Reality TV and Marriage not Always a Great Fit

Recently, every step of the courtship process has been televised, including all events leading up to, during, and even after the wedding. These shows all have one thing in common: they predict failure for the bride and groom

The promotion of marriage is not new to the world of Reality TV. Shows like The Bachelor have promoted the courtship of man and wife for over a decade.  It’s no secret that shows like Bachelor have a strikingly low pattern of success.  The concept of turning love into a game in which suitors are eliminated one-by-one is hardly a good way to meet a soulmate. In recent years, however, every step of the courtship has been televised, including all events  leading up to, during, and even after the wedding.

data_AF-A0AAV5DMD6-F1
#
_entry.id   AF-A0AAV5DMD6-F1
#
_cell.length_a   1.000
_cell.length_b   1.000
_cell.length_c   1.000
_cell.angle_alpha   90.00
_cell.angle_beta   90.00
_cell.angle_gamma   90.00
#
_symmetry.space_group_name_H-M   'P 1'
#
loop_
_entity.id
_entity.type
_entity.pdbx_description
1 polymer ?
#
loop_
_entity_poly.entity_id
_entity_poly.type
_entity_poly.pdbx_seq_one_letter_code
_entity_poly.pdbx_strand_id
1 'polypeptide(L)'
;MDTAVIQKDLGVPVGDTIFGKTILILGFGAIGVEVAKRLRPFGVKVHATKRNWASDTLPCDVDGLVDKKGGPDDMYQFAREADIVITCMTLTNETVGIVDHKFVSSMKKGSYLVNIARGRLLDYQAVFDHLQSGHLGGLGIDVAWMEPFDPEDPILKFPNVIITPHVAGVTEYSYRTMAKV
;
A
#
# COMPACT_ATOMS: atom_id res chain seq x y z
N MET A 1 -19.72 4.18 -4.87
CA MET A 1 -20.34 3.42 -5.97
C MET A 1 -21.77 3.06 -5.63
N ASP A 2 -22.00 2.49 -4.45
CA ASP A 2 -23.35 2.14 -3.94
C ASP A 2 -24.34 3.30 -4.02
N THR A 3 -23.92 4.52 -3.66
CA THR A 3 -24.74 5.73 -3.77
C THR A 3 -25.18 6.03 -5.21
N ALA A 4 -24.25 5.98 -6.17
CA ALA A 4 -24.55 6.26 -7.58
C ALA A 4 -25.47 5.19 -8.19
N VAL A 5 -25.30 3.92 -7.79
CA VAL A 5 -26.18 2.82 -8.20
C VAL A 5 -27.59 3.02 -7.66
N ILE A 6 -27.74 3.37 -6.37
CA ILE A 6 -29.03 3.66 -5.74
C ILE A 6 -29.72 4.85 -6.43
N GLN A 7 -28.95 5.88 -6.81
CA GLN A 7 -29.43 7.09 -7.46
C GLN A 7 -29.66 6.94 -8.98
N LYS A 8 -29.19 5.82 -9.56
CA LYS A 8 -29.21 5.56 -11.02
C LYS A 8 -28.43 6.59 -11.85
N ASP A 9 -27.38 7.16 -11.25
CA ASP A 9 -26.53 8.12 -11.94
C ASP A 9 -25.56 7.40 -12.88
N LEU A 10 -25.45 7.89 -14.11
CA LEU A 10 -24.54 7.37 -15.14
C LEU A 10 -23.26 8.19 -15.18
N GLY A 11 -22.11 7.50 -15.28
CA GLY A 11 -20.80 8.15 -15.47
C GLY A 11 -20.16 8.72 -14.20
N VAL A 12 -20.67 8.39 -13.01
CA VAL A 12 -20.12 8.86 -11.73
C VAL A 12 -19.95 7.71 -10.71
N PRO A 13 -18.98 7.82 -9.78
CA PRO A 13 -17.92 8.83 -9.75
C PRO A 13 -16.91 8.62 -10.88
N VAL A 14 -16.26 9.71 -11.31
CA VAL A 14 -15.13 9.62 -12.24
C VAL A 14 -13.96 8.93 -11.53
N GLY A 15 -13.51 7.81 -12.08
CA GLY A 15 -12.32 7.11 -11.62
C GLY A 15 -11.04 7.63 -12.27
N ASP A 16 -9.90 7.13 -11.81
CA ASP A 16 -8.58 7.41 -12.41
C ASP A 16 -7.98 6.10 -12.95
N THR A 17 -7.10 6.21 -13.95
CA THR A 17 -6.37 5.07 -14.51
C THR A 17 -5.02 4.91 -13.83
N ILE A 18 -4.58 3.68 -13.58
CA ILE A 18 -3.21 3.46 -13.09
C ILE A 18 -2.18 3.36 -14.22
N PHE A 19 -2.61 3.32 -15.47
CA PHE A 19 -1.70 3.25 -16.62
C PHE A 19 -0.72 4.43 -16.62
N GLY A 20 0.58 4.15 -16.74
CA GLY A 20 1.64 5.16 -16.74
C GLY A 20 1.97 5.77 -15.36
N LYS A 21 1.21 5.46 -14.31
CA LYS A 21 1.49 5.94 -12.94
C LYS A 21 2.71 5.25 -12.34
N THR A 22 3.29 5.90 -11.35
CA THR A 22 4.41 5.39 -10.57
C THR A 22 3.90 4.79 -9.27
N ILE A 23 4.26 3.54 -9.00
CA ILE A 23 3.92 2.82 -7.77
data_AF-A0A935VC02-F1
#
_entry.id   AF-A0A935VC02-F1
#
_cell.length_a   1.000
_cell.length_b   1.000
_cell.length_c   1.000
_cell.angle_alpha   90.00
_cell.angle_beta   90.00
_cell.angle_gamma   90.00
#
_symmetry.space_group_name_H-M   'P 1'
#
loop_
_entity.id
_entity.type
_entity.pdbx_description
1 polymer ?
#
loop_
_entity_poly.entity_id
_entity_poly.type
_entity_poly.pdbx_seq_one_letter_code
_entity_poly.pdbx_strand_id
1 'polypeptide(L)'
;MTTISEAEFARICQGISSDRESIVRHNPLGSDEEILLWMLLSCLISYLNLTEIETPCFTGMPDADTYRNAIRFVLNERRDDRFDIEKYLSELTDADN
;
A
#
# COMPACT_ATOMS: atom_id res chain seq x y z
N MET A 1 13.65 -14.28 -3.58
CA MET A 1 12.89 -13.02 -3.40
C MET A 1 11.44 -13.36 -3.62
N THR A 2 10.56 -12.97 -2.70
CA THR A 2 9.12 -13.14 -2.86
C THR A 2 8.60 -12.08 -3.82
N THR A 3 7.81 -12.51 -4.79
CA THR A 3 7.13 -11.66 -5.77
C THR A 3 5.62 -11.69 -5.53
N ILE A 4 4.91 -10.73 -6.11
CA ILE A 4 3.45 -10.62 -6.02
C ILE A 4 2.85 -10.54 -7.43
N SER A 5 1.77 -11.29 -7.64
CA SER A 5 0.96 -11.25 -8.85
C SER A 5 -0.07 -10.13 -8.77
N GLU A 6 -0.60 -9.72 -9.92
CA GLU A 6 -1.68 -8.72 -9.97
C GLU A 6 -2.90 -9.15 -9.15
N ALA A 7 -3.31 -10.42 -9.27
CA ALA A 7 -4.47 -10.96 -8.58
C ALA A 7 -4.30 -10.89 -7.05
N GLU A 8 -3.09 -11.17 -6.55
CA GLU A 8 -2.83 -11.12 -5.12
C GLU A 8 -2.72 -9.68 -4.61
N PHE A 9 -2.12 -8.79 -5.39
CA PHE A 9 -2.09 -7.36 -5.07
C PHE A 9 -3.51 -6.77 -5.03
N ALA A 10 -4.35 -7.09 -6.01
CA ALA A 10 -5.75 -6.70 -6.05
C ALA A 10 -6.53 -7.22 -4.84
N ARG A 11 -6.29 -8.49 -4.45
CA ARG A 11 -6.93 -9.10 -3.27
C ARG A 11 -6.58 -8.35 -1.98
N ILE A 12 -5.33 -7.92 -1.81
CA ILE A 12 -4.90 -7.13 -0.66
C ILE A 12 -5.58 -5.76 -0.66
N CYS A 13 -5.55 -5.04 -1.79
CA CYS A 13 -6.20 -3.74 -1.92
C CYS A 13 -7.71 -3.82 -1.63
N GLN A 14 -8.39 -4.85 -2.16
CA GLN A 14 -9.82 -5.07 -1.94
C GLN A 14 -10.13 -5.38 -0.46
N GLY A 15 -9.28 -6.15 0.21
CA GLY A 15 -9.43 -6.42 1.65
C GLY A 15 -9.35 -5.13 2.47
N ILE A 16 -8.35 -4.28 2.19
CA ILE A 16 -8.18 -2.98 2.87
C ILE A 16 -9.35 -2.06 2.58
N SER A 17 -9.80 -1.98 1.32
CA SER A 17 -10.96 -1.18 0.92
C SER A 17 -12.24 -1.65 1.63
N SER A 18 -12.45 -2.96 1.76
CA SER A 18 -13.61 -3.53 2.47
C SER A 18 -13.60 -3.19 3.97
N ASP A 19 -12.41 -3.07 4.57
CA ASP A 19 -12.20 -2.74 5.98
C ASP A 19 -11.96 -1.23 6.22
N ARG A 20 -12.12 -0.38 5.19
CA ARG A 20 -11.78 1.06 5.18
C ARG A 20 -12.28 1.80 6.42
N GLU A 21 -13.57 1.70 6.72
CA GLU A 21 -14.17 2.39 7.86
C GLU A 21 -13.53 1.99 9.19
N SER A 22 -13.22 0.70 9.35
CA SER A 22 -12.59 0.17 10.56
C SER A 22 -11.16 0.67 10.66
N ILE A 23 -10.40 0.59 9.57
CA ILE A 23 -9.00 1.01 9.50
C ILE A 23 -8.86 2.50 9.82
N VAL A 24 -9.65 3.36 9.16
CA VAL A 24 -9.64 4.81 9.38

These shows all have one thing in common: they predict failure for the bride and groom .

To be fair, the problem may stem less from the shows themselves, and more from the types of people willing to turn their happy day into a televised event. Elizabeth Carroll, a marriage counselor, watched an episode of WETV’s Marriage Bootcamp and had more to say about the show’s stars than the program itself. Her response to the show:  “I thought, these are crazy women!”

Then again, Marriage Bootcamp is pretty insane too. For one task, a spouse must climb into a casket and listen to their partner give a eulogy for them. Such acts seem less like proper marriage counseling, and more like a one-off scene from Law & Order: SVU.

American viewers are starved to gain an inside view of what is normally considered private. Bridal shows may not dig as deep as shows like Intervention or Celebrity Rehab, but the combination of voyeurism and schadenfreude is still there.

What do you think? Would you ever turn your love into Reality TV? Let us know in the comments.

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